More On Legal & Compliancefrom The Advisor's Professional Library
- Scope of the Fiduciary Duty Owed by Investment Advisors A fiduciary obligation goes beyond the suitability standard typically owed by registered representatives of broker-dealer firms to clients. The relationship is built on the premise that the advisor will always do the right thing for the person or entity receiving advice.
- Code of Ethics Rule The Code of Ethics Rule, found in Rule 204A-1, uses severe consequences for violation to help ensure investment advisors will do the right thing.
Kevin Keller, CEO of CFP Board, told AdvisorOne that the Board's new director of investigations named March 15 would help police the growing number of CFPs. Rex Staples, the former general counsel for the North American Securities Administrators Association (NASAA), will start his new post as “top cop” on April 9, and will head a nine-person team to monitor and enforce compliance with the CFP Board’s standards of professional compliance.
The team will pursue its work of ensuring the organization’s approximately 65,000 members—a group that has grown some 20% since 2007—stick to the rules. Staples also spent nearly 10 years with the Washington State Securities Division, where he last held the post of branch chief for enforcement and compliance.
Keller (left) said the decision to create the new post and appoint Staples is not due to an increase in the number of compliance cases handled by the organization, but rather, said Keller, “to build our capacity to achieve our mission of benefiting the public.” While Keller said there has been “a gradual increase over time” of compliance issues, he pointed out that the membership of the organization has also grown substantially over the same period.
“I came [to the CFP Board] in 2007,” he explains, “and there are 20% more CFP professionals [now] than there were in 2007, so you might expect the number of cases to increase as well.” Still, at a time when all eyes are on compliance issues throughout the financial services industry, Keller pointed to Staples’ experience in enforcement and compliance in Washington—experience he said “should be directly transferable” to Staples’ new position.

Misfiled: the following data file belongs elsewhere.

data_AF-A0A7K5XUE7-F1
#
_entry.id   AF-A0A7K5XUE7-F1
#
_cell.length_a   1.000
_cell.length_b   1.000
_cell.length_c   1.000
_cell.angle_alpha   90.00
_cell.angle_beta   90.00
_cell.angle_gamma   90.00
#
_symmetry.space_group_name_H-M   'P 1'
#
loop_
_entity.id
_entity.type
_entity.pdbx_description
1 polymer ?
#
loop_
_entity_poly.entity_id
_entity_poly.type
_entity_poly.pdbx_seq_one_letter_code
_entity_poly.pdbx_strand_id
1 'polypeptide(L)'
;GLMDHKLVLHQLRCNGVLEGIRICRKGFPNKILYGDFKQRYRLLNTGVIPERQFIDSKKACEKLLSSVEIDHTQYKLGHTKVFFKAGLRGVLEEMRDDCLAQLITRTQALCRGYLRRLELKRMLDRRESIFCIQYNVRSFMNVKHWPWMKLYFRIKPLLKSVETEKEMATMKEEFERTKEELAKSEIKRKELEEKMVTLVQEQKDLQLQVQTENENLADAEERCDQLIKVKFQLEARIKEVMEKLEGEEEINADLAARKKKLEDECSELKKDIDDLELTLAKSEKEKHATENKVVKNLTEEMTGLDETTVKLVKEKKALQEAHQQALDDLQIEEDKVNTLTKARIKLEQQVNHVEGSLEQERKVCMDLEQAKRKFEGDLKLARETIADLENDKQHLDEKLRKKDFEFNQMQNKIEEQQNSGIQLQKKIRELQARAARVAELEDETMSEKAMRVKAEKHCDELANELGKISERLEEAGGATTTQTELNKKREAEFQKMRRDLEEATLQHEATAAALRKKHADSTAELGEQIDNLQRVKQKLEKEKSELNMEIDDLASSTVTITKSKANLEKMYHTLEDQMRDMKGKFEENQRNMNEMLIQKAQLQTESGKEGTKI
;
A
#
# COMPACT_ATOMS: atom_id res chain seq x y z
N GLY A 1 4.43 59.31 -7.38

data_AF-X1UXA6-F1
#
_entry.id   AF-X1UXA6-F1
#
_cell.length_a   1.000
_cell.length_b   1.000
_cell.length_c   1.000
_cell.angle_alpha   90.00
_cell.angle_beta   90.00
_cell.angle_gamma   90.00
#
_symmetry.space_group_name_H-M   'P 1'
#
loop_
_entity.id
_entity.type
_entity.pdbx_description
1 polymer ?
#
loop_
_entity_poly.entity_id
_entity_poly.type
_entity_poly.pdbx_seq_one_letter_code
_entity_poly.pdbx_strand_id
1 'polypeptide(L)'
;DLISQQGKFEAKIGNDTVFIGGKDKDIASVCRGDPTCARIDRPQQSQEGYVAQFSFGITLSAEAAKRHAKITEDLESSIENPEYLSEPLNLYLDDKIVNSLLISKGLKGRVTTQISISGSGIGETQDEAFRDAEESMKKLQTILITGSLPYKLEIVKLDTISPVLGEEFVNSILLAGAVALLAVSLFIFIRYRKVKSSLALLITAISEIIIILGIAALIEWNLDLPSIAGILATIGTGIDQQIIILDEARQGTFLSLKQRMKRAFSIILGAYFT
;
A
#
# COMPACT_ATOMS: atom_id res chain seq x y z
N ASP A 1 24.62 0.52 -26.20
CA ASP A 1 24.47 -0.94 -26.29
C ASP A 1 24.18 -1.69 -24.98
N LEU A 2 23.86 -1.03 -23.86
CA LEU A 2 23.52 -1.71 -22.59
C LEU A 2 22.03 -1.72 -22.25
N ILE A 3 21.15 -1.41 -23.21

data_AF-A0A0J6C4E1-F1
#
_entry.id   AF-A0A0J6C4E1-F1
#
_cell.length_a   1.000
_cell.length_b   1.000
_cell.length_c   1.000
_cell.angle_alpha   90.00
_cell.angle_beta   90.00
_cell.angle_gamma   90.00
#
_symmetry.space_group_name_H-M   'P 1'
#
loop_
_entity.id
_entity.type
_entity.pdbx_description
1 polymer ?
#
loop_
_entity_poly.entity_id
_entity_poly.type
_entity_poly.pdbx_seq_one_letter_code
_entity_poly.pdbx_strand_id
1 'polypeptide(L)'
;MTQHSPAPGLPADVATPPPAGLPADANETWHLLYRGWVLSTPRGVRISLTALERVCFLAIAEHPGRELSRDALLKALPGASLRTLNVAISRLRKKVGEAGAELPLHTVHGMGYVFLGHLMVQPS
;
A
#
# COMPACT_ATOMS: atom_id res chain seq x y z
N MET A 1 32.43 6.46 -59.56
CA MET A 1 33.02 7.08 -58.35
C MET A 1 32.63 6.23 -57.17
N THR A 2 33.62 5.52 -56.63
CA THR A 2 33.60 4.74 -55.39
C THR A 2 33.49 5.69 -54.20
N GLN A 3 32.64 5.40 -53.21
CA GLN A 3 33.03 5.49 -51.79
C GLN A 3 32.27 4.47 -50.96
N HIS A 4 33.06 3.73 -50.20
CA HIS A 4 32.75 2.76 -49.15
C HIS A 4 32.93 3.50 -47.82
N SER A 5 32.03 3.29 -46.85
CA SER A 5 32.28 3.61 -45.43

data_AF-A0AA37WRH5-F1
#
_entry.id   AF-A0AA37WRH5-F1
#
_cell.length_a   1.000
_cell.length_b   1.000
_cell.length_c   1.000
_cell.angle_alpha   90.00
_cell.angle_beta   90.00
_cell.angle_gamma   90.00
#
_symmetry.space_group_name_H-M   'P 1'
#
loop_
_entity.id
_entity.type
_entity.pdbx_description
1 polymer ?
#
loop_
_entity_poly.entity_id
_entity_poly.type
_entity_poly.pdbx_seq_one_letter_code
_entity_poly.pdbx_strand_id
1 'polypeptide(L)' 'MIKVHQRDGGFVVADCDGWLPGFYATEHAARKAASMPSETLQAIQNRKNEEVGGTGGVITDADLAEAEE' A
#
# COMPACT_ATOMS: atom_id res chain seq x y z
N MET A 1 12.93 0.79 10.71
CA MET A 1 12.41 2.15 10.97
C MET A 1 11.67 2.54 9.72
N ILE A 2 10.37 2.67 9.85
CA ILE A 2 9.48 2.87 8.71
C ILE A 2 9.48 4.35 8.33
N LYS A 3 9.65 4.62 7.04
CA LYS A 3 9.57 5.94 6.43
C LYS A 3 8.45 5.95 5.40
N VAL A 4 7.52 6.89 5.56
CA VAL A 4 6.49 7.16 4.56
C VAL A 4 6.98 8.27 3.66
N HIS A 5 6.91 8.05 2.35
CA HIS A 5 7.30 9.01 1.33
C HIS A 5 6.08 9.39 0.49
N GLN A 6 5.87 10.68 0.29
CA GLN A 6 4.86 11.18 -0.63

While there may not be a flood of problems, two areas of conduct saw marked increases in public sanctions, according to the CFP Board: misrepresentation and bankruptcy. Bankruptcy, of course, could be due to circumstances beyond someone’s control, but from 2008-2010 there were 16 public sanctions in bankruptcy cases, with the overall number of such cases seeing a sharp increase from 2009-2010. Misrepresentation cases from 2008-2010 saw 30 public sanctions.
Keller says there are two main areas within the CFP Board’s enforcement process: the investigation side and the adjudication side. Staples will take charge of the former, reporting to Michael Shaw, managing director for professional standards and legal, and will, said Keller, lead the team of people who investigate alleged violations of standards of professional conduct.
In order to ensure that the enforcement process is expedient, consistent and fair to all of the participants, as well as being credible to the public, Staples “will be responsible for insuring we are investigating cases in an expedient way and [that] they’re brought to the disciplinary and ethics commission in a way that helps them make their decision,” Keller said.